They say good fences make good neighbors… right?
A good, sturdy fence doesn’t just increase the safety and security of your home. It can also enhance the aesthetic appeal and even increase the value of your property. But troubles can arise if you’re sharing a fence with your neighbor.
From determining ownership to figuring out who is responsible for maintenance, here’s what to know about sharing a fence.
You Should Find the Property Line
When you’re sharing a fence with a neighbor and need to determine who is going to be responsible for repairs and maintenance, the first thing you need to do is figure out exactly where the property line lies relative to the fence.
In many cases, this will mean having your land surveyed. Even if you (or your neighbor) think you have a pretty good idea of the boundary lines, getting an updated and accurate survey is crucial if you want to avoid a potentially nasty surprise, such as unexpected repair costs or, even worse, a property dispute, down the road.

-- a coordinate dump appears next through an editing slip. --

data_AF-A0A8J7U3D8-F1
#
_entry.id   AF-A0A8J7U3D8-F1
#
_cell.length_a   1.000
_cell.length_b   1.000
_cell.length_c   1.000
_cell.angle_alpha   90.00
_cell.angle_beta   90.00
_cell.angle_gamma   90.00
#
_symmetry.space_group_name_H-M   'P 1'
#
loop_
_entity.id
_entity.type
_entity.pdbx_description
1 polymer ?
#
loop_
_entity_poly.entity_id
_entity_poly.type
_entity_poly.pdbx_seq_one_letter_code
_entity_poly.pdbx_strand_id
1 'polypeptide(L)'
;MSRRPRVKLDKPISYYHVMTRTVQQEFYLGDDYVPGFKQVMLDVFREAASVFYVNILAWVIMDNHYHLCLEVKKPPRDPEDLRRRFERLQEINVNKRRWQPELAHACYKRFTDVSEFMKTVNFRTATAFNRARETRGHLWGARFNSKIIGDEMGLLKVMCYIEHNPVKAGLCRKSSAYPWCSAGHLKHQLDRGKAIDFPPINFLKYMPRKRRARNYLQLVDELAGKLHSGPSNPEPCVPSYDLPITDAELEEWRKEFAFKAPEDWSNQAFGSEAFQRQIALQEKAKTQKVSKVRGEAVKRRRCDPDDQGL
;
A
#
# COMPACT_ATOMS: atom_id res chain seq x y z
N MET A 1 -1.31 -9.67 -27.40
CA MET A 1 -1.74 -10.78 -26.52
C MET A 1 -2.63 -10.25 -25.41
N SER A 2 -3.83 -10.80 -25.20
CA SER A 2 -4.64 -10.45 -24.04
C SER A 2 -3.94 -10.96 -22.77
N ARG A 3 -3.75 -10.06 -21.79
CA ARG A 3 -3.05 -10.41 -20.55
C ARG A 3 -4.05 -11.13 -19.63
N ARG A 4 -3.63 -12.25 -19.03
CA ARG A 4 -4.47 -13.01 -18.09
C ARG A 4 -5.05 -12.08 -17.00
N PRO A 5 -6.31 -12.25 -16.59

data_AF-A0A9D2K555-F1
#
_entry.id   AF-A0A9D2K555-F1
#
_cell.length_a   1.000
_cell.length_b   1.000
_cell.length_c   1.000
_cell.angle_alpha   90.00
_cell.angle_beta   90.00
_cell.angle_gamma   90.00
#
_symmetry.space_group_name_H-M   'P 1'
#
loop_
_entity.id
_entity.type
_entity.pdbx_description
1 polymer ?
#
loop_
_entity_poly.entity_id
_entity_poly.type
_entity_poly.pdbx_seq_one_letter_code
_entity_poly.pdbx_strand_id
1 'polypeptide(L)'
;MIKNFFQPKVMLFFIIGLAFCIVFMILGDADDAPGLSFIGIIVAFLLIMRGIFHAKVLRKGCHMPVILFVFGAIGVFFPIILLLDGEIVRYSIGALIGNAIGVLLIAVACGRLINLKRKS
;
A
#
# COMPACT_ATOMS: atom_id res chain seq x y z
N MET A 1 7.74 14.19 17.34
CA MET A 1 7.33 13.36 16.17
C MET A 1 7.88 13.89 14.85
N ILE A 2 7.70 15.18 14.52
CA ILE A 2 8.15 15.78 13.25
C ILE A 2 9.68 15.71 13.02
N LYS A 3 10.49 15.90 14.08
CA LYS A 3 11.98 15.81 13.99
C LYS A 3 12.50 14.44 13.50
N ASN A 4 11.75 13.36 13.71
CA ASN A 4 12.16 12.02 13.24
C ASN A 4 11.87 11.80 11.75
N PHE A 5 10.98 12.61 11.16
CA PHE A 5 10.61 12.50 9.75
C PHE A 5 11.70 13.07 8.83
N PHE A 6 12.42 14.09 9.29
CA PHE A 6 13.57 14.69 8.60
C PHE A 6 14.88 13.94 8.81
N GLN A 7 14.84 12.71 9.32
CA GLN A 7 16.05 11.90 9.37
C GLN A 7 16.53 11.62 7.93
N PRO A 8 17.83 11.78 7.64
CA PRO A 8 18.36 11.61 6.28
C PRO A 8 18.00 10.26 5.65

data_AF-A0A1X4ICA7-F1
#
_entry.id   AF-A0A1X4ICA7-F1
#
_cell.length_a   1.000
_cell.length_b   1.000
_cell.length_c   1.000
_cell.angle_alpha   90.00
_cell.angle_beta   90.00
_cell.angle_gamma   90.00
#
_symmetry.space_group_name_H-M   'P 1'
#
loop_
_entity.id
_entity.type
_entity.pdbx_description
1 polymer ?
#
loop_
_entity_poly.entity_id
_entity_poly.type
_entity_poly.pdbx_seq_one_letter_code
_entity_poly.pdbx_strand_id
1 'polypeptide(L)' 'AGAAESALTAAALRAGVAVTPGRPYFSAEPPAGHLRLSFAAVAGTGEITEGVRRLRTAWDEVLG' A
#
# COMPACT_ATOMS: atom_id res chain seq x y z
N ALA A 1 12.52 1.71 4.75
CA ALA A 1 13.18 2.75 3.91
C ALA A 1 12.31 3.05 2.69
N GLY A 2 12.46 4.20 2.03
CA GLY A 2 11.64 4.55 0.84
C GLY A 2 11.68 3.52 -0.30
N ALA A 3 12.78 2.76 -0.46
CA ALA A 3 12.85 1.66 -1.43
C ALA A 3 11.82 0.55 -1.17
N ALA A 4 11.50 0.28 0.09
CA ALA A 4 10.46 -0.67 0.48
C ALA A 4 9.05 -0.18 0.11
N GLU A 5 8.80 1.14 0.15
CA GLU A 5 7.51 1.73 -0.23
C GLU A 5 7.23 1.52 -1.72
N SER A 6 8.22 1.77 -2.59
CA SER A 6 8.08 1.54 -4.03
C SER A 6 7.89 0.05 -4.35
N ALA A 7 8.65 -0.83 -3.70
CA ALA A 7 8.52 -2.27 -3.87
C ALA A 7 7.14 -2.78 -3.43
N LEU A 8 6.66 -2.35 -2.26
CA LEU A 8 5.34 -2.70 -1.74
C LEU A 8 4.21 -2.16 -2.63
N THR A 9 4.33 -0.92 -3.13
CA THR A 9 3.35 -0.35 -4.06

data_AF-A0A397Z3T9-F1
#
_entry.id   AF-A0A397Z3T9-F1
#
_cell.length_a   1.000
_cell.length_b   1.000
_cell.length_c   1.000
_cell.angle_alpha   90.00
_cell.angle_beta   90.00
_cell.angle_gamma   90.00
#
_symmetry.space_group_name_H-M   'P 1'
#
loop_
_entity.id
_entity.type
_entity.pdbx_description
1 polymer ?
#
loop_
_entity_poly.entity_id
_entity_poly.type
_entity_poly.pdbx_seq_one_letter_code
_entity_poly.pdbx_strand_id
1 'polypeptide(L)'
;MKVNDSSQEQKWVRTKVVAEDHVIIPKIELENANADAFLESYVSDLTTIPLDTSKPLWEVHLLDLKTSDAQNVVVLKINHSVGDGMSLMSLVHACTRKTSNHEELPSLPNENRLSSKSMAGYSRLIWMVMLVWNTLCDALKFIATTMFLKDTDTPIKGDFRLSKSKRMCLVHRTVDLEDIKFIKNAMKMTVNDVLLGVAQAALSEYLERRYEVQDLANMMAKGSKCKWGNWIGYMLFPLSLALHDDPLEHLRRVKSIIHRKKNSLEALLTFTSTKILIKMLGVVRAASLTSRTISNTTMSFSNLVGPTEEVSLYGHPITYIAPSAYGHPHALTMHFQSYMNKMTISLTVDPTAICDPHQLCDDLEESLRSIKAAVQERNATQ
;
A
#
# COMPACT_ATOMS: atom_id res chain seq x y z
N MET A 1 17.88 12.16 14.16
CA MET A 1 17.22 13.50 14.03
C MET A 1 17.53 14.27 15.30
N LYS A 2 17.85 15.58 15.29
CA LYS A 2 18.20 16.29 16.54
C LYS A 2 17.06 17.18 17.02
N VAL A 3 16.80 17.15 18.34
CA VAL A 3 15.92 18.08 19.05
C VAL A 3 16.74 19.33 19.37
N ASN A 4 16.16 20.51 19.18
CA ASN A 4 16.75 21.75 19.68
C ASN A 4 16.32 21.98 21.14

If the fence rests wholly on one side of the property line, then the question is settled—the fence belongs to the property owner, as does the responsibility for repairs and maintenance.
When Your Fence Falls Directly on the Property Line
In the majority of cases, fences rest, in whole or in part, on the property line. This means that ownership and responsibility will be shared by those whose properties abut this line.
And here’s where it can get tricky, because when you’re sharing a fence, property owners are equally obligated for repairs and maintenance. To ensure that both sides of the fence remain in good condition, then you and your neighbor(s) may decide to hire a local fence repair and maintenance contractor and then split the costs equally.
In the case of storm damage or other accidents covered by homeowner’s insurance, most insurers will divide repair costs between the property owners.
How to Handle a Dispute When You Share a Fence
Even when a land survey clearly lays out where the property line falls, property line disagreements can and do occur. And, unfortunately, sharing a fence can be one of the most common reasons why this might happen.
For this reason, if you’re involved in a dispute with a neighbor over a shared fence, your safest and easiest strategy will probably be to go ahead and hire an attorney. They can help clarify the legal ins and outs of sharing a structural asset, such as a fence. They can also help you determine the best course of action as defined by the laws in your state.